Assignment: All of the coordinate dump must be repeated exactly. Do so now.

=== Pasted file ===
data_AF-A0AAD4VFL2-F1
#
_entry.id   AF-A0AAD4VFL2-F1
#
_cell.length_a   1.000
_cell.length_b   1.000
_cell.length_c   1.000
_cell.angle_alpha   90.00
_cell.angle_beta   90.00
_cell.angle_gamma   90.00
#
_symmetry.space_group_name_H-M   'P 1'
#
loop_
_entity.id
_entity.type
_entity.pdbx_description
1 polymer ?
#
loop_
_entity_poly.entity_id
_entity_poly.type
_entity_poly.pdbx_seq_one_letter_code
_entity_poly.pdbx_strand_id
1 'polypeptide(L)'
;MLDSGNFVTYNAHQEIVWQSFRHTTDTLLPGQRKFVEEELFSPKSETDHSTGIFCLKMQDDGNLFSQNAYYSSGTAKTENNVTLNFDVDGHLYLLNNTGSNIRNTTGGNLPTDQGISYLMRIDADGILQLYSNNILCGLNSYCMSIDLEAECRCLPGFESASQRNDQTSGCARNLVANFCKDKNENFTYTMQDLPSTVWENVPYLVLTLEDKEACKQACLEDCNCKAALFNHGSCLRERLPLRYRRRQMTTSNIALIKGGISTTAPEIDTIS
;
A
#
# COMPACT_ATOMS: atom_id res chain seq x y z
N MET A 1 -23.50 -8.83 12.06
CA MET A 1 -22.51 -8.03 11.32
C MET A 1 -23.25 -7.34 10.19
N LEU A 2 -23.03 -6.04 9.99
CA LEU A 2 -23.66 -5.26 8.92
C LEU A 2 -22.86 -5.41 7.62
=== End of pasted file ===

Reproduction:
data_AF-A0AAD4VFL2-F1
#
_entry.id   AF-A0AAD4VFL2-F1
#
_cell.length_a   1.000
_cell.length_b   1.000
_cell.length_c   1.000
_cell.angle_alpha   90.00
_cell.angle_beta   90.00
_cell.angle_gamma   90.00
#
_symmetry.space_group_name_H-M   'P 1'
#
loop_
_entity.id
_entity.type
_entity.pdbx_description
1 polymer ?
#
loop_
_entity_poly.entity_id
_entity_poly.type
_entity_poly.pdbx_seq_one_letter_code
_entity_poly.pdbx_strand_id
1 'polypeptide(L)'
;MLDSGNFVTYNAHQEIVWQSFRHTTDTLLPGQRKFVEEELFSPKSETDHSTGIFCLKMQDDGNLFSQNAYYSSGTAKTENNVTLNFDVDGHLYLLNNTGSNIRNTTGGNLPTDQGISYLMRIDADGILQLYSNNILCGLNSYCMSIDLEAECRCLPGFESASQRNDQTSGCARNLVANFCKDKNENFTYTMQDLPSTVWENVPYLVLTLEDKEACKQACLEDCNCKAALFNHGSCLRERLPLRYRRRQMTTSNIALIKGGISTTAPEIDTIS
;
A
#
# COMPACT_ATOMS: atom_id res chain seq x y z
N MET A 1 -23.50 -8.83 12.06
CA MET A 1 -22.51 -8.03 11.32
C MET A 1 -23.25 -7.34 10.19
N LEU A 2 -23.03 -6.04 9.99
CA LEU A 2 -23.66 -5.26 8.92
C LEU A 2 -22.86 -5.41 7.62